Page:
Last Updated on
Nearly three-quarters of college students turn to student loans to help pay for school; the average student graduates with an average student loan debt of $26,000 according to NCES. Other research suggests that graduates are postponing life milestones such as getting married, buying a home, or starting a family. In many cases, graduates are even still living with their parents, unable to support a place of their own while trying to make student loan payments.
Does this mean student loans are bad? Not at all; however, it is incredibly important to adequately prepare for taking out student loans. If you don’t understand how student loans work, then you may be in for a nasty student loan bill after graduation.
The Benefits and Drawbacks of Federal Student Loans
Federal student loans are exactly what they sound like. They’re loans backed by the federal government through the Department of Education. Because they aren’t offered by for-profit lenders or banks, federal loans come with lower, fixed interest rates and more flexibility when it comes to repayment. See also 5 ways to lower your student loan interest rate.
They’re easier to get than many other types of loans. If you completed the Free Application for Federal Student Aid (FAFSA), then you can get access to federal student loans. This means that federal loans aren’t based upon your credit report or payment history either; they’re based upon your financial need.
Perhaps the best part about federal student loans is the wide variety of repayment options available to you. You can set up an income-based plan that allows you to make smaller payments right after you graduate, and larger ones later after your employment—and salary—grows and evolves. You can also get your loan forgiven or discharged, on rare occasions and depend on the work you’re doing.
Even in a worst-case scenario, if you find yourself unable to get hired, or lose your job, with federal loans you still have options. There are forbearance and deferment options that can give you time to get back on your feet without having to make payments on your loans.
Federal loans aren’t perfect, however, and you should be aware of the drawbacks as well. Because the FAFSA determines how much total financial aid you get, you might max out your package and yet find that you still don’t have enough funding for your school year. Once you’ve hit your max, you can’t get any more federal loans. In addition, you might not qualify for the amount of aid you need if your or your parents’ income is too high—even if their income decreased significantly within the last year.
The Benefits and Drawbacks of Private Student Loans
If federal student loans aren’t getting you all the way where you need to be in order to pay for school, you can look at student loans in the private sector. Offered by banks, lending companies, and financial corporations, private student loans are just that—regular loans you take out to pay for school, that have nothing to do with the federal government.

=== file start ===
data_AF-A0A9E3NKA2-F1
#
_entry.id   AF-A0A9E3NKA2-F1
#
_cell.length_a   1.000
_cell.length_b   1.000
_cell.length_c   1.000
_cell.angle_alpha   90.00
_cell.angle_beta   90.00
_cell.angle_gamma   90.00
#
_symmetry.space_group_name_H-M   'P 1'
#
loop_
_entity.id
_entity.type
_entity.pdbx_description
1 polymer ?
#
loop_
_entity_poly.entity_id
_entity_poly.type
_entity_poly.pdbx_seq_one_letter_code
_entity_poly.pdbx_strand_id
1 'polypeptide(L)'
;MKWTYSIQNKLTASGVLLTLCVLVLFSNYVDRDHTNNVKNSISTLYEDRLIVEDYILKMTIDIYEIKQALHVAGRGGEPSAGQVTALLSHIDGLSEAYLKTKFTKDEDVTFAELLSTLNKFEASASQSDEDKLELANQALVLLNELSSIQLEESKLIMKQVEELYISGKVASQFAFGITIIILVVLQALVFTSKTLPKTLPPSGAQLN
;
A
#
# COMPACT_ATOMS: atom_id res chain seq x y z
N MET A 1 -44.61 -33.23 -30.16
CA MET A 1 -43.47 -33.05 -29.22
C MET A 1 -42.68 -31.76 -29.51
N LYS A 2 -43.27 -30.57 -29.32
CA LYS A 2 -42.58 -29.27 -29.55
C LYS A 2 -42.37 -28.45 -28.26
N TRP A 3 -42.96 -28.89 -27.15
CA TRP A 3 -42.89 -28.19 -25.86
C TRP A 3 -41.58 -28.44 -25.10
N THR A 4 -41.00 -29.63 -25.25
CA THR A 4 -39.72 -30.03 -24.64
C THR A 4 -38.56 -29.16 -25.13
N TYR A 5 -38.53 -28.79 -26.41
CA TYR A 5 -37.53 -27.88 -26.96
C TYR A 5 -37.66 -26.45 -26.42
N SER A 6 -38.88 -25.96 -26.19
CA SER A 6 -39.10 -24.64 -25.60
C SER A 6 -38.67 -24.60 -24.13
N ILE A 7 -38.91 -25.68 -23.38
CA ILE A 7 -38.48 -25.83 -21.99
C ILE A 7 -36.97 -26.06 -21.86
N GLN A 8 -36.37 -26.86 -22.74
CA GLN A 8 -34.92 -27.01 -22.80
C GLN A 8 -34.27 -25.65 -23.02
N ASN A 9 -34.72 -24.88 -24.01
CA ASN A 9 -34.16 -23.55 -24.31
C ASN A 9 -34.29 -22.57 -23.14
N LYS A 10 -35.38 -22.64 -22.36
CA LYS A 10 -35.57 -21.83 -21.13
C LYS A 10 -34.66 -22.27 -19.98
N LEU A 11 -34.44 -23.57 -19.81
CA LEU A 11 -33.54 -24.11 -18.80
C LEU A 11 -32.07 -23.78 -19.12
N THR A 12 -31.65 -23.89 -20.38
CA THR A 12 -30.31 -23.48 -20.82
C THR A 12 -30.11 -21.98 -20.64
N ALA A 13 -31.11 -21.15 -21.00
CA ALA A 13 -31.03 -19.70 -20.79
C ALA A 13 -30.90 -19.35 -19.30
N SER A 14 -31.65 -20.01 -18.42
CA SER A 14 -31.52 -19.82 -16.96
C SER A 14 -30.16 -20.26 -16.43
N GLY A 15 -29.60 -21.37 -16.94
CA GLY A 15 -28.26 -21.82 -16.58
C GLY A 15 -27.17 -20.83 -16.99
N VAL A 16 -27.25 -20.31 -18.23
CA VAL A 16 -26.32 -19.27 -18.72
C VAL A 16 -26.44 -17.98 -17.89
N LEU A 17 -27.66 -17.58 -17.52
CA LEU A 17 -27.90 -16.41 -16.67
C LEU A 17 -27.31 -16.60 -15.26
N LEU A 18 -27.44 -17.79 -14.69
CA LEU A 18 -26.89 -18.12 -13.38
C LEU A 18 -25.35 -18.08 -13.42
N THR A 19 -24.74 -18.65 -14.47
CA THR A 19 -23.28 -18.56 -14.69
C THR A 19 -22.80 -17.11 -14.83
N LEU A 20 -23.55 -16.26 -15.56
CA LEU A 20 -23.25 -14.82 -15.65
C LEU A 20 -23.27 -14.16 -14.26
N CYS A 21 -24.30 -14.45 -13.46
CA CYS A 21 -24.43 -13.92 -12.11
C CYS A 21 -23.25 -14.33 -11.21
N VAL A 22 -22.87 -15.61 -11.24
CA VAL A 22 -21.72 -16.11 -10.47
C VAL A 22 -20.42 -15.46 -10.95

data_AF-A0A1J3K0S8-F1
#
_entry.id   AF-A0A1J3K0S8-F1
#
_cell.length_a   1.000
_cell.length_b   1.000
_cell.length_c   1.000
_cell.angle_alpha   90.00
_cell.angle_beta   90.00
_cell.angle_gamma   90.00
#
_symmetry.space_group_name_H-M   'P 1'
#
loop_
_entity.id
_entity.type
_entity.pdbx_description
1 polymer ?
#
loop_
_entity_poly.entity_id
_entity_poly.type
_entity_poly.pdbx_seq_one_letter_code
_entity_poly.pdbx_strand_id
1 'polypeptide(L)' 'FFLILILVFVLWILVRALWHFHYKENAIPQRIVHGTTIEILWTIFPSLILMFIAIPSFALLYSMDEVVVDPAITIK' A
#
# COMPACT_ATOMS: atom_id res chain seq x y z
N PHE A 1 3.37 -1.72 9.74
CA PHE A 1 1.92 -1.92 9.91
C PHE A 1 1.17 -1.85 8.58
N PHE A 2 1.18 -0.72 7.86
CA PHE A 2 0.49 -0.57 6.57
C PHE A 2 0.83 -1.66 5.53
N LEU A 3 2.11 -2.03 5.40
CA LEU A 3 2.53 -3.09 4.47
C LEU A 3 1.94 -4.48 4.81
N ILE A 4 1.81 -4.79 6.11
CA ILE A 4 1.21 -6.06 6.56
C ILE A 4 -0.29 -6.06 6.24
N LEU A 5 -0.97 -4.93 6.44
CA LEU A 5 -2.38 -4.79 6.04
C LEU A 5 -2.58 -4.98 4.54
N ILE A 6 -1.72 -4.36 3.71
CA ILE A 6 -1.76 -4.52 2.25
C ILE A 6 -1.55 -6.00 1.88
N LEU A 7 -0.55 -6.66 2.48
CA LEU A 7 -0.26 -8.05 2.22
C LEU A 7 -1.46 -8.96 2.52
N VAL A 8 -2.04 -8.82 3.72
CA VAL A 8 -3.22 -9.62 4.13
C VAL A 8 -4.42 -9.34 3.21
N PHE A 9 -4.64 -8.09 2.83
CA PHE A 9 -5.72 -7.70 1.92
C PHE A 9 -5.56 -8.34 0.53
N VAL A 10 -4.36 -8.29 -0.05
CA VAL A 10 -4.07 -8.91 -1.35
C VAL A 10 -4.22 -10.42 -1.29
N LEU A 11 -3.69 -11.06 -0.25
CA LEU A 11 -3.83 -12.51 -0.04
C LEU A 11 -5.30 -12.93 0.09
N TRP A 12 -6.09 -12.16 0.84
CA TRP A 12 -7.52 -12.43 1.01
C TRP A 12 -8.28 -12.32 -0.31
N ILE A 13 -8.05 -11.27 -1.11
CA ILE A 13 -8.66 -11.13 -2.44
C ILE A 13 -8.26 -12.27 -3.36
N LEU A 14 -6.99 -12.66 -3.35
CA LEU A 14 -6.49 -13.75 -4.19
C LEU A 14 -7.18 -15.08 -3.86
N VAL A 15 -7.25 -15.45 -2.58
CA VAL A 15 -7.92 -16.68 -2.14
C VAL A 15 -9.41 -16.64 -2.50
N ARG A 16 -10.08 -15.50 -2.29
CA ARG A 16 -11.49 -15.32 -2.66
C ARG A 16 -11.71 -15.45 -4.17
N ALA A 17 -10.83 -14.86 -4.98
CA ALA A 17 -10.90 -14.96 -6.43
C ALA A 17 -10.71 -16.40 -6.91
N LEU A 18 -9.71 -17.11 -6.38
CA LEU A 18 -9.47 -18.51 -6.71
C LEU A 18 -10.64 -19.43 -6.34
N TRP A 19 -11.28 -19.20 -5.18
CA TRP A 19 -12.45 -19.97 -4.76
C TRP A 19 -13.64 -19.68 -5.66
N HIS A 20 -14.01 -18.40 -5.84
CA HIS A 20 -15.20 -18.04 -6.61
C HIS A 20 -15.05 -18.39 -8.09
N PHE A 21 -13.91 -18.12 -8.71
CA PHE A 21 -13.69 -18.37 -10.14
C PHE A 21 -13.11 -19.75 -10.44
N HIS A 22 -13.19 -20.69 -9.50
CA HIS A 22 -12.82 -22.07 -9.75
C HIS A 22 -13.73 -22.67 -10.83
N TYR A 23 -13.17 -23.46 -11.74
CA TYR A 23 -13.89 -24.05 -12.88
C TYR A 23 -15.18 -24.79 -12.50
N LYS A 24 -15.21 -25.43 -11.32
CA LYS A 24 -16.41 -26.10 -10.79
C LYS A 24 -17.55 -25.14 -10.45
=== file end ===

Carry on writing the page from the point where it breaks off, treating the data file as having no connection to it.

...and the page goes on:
Private student loans can bridge the gap between your federal financial award and tuition. Private loan eligibility is based on standard underwriting criteria such as credit history and income, so you aren’t barred from a private loan for falling within a financial aid threshold. If you’re an ideal candidate with high income and established credit, then you may be eligible to qualify for a competitive interest rate. However, there is a catch.
There are still some drawbacks about private student loans. First and foremost, those who aren’t sporting a stellar credit score or high income may find it hard to qualify for a private loan. Furthermore, applicants that aren’t highly-qualified may need to deal with a high-interest rate, one that is far higher than a federal interest rate.
Another concern with private student loans is that they lack the same benefits that federal loans have. In addition, you’ll be expected to begin that repayment schedule right away, just as you would with an auto or other kinds of loan. If you’re still in school, that could be problematic—and set you up for financial difficulty.
If you do find that you cannot make the payments on your private student loan, the penalties can be worse than defaulting on a federal loan. Private lenders can put your loan into collections, or even charge it off if it remains unpaid. Your paychecks may be garnished, and your credit may be significantly harmed. There are fewer rehab options compared to federal loans.
Taking on a student loan is no small thing; in fact, it’s a significant commitment. Understanding the process and what’s expected, however, can make student loans a path to success instead of a financial burden.
By guest author Andrew Rombach, a Content Associate from LendEDU – a consumer education website and financial product marketplace. Andrew learned plenty about financial aid from his own experiences with student loan debt in college. Now he covers a range of personal finance topics in general.